Tom Konrad CFA
Contrary to common belief, the greatest barrier to the adoption of clean energy is not the cost. In many cases, cost is not a barrier at all: it’s an advantage. That’s because energy efficiency measures are usually so cost-effective that they not only pay for themselves, they can often pay for the addition of flashier clean energy technologies such as solar and wind.
For institutions in the Federal and MUSH (Municipalities, Universities, Schools, and Hospitals) sectors, the main barriers are lack of capital and expertise. Lack of capital arises because such institutions traditionally consider energy to be an operating expense, not a capital expense, while clean energy projects usually require an initial capital expenditure in return for ongoing energy savings. Lack of expertise arises simply because finding the best energy solutions is far from simple. Although there are many simple measures that an interested amateur can take, the greatest savings come from considering buildings and other facilities as integrated systems, not as collections of isolated measures.
Energy Service Companies
Ameresco, Inc. (NYSE:AMRC) was founded in 2000 as an independent, one-stop shop to help Federal and MUSH institutions overcome these barriers. Last week, I interviewed Ameresco President and CEO George Sakellaris as part of my series of articles on energy service stocks. Sakellaris pioneered this Energy Service Company (ESCO) model while working for New England Electric System to help industrial customers reduce their power usage in 1979. Before founding Ameresco, he founded another leading ESCO, Noresco in 1989, which is currently owned by Carrier, a division of United Technologies (NYSE:UTX).
I first became interested in the ESCO model (also known as performance contracting) in 2007, when I heard about it as part of a Western Governor’s Association Workshop on Efficient Buildings. Then, as now, most ESCOs are arms of larger technology companies, like Noresco mentioned above, or are part of energy companies and utilities. Other publicly traded companies with ESCO arms include AECOM (NYSE:ACM), Honeywell (NYSE:HON), Chevron (NYSE:CVX), Consolidated Edison (NYSE:ED), Constellation (NYSE:CEG), Eaton (NYSE:ETN), NextEra (NYSE:NEE), Johnson Controls(NYSE:JCI), Schneider Electric (Paris:SU.PA/SBGSF.PK), and Ingersoll-Rand (NYSE:IR).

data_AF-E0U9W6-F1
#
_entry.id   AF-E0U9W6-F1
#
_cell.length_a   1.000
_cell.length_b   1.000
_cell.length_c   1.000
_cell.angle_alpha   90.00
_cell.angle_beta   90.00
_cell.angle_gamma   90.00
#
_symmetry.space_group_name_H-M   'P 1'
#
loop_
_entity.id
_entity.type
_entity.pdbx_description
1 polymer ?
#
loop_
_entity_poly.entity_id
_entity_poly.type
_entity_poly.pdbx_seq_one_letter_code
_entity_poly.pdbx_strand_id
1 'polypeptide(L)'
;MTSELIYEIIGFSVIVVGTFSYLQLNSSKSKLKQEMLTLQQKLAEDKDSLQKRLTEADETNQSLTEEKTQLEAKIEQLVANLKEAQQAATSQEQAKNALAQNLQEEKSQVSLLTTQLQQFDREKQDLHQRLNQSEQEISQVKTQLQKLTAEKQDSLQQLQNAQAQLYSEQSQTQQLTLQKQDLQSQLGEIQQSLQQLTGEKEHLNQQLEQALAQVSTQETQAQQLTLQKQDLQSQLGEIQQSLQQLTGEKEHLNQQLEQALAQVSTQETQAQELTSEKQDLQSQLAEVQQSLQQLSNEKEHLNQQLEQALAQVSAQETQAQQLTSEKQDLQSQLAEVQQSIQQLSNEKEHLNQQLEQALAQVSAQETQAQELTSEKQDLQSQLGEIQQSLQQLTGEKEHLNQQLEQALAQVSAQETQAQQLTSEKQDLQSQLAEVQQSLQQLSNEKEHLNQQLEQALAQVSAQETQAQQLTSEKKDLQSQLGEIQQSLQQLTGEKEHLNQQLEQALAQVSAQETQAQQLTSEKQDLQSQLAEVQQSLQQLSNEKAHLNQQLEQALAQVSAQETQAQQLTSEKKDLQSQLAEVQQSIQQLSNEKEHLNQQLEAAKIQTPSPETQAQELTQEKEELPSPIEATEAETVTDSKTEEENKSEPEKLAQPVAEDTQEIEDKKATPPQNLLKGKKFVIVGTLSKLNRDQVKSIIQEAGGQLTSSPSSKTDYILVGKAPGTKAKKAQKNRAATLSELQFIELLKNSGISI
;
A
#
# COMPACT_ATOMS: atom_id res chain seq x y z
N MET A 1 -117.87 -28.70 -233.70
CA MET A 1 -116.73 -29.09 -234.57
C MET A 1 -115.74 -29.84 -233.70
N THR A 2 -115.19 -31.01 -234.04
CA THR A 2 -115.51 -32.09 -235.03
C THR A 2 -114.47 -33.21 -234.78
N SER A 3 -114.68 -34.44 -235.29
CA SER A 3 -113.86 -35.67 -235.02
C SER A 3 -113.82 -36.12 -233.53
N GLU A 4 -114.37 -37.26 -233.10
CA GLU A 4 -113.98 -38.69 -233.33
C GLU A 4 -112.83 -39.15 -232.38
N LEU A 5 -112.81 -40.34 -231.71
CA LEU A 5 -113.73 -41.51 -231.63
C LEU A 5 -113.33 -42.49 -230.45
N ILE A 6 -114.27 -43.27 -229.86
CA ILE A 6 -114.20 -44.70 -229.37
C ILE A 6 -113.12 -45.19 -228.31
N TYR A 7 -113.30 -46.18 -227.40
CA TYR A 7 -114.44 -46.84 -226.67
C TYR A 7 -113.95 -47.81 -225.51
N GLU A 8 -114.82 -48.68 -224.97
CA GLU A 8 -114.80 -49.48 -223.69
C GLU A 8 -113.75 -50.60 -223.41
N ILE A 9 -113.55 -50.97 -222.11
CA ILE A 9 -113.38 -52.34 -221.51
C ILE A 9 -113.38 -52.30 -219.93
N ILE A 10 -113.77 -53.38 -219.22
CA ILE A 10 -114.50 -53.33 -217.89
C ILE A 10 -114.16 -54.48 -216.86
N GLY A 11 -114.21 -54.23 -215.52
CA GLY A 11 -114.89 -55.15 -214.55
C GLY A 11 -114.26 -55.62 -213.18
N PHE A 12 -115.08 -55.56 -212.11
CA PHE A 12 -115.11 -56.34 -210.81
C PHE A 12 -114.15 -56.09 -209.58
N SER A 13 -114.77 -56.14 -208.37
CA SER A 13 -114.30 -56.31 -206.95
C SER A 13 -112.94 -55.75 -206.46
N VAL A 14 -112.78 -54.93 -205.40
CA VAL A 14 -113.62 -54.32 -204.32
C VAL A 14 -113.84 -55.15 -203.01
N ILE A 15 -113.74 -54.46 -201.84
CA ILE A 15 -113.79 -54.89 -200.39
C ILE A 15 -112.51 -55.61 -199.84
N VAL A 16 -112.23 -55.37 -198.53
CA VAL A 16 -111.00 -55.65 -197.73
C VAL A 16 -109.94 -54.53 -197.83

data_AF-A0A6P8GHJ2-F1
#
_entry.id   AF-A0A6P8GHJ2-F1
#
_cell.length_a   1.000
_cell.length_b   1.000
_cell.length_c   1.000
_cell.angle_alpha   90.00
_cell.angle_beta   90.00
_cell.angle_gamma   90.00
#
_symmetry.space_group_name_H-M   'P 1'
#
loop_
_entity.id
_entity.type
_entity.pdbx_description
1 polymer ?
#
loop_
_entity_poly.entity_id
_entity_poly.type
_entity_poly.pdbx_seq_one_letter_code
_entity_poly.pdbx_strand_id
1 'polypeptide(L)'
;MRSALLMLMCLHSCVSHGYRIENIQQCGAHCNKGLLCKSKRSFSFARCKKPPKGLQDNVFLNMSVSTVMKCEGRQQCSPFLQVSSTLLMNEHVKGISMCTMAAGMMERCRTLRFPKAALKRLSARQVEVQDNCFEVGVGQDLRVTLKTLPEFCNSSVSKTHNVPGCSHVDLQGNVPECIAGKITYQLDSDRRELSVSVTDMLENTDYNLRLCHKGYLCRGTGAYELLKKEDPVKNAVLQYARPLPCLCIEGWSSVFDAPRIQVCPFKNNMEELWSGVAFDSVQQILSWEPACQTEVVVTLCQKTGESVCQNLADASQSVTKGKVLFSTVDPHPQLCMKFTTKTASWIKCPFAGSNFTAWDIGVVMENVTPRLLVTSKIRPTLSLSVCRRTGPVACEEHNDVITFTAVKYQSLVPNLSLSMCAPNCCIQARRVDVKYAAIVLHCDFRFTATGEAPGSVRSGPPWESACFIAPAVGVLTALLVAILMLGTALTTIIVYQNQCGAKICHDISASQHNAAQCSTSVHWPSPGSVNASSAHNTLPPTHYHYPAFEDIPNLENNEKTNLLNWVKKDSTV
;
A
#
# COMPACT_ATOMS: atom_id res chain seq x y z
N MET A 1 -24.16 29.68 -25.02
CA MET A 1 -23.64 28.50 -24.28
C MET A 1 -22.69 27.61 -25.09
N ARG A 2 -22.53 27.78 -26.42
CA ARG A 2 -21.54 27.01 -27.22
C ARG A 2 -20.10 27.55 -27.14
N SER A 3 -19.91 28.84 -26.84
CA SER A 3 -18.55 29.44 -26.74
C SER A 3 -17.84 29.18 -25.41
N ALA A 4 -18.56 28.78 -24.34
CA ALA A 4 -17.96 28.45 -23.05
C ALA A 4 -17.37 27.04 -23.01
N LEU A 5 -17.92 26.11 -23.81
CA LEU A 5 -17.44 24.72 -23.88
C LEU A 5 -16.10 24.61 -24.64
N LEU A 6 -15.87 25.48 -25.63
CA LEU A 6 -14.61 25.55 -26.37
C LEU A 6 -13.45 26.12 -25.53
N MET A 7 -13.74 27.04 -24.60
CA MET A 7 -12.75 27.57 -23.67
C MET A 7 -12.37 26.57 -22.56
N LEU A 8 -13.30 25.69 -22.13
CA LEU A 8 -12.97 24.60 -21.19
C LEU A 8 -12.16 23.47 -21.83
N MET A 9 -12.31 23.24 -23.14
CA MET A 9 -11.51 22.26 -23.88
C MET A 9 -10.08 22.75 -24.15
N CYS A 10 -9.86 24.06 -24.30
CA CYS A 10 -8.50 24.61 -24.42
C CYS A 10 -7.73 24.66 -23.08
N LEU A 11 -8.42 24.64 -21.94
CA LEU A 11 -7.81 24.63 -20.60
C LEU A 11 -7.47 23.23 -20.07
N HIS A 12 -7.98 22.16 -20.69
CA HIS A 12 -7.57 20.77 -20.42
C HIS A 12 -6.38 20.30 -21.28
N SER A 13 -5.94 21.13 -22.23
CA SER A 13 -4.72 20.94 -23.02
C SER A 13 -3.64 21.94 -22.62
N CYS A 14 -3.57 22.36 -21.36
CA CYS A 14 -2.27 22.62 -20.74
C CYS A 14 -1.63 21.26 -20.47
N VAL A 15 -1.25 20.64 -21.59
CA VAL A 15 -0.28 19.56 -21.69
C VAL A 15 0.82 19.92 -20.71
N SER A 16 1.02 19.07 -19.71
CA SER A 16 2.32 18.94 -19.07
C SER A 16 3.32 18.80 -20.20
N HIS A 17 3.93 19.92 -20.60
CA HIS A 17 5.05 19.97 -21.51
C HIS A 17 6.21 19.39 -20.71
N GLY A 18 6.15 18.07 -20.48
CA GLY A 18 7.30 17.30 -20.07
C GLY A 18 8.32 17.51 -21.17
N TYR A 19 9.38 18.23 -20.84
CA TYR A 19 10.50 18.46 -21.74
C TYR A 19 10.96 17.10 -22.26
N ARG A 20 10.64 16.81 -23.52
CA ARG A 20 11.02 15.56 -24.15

In contrast, Ameresco is independent of any equipment manufacturer or energy company, leaving them technology-agnostic and able to approach the solution from the customer’s perspective. This independence, along with previous customer satisfaction and Ameresco’s wide expertise allows the company to win bids such as the $795 million contract to build biomass cogeneration and heating facilities at the Department of Energy’s Savannah River Site in South Carolina over the course of 19 years. According to Sakellaris, Ameresco won this contract (the largest renewable energy performance contract so far in the United States) without being the lowest cost bidder because of their expertise and independence. He also says Ameresco can compete on price because of low overhead.
The combination of a strong brand and expertise along with low overhead have contributed to strong results. Annual revenue has grown steadily from $278 million in 2006 to $618 million in 2010, with second quarter revenue up 17% on a year earlier, matching the last five year’s compound annual growth rate (CAGR). Over the same period, earnings per share have risen at a 21% CAGR. At the current stock price of $10.34, AMRC has a trailing P/E ratio of 14.35, which is modest considering the consensus 20% long term expected growth rate.
Ameresco also has good liquidity, with a current ratio over two. I would normally consider its Debt to Equity ratio of 1.3 a problem, but much of this debt is project debt which will be transferred to project lenders upon project completion and acceptance by the Federal government. If this project-related debt is removed from the calculation, the Debt to Equity ratio falls to a quite conservative 0.37.
Although multiple analysts reduced their price targets for Ameresco after the last conference call, the reason they gave was not any deterioration of Ameresco’s business, but rather a decline in price of most companies in the sector, meaning that most investors are no longer willing to pay as much for a dollar of earnings or revenue than they were just a few months ago.
Sakellaris told me that he plans to grow using only internal resources without taking on any more debt or issuing additional equity. Ameresco has and will continue to grow both organically and by acquisition using funds provided by operations.
In general, it makes sense to be wary of growth by acquisition in public companies, since it often leads to a lack of focus and can distract management from the core business. That seems not to be the case for Ameresco, which takes a very strategic approach to acquisitions, and only acquires firms that either can expand the range of expertise the company can offer to clients, or allow the company to enter new geographic markets, such as their recent purchase of Applied Energy Group, which allowed them to expand their offering to utility customers.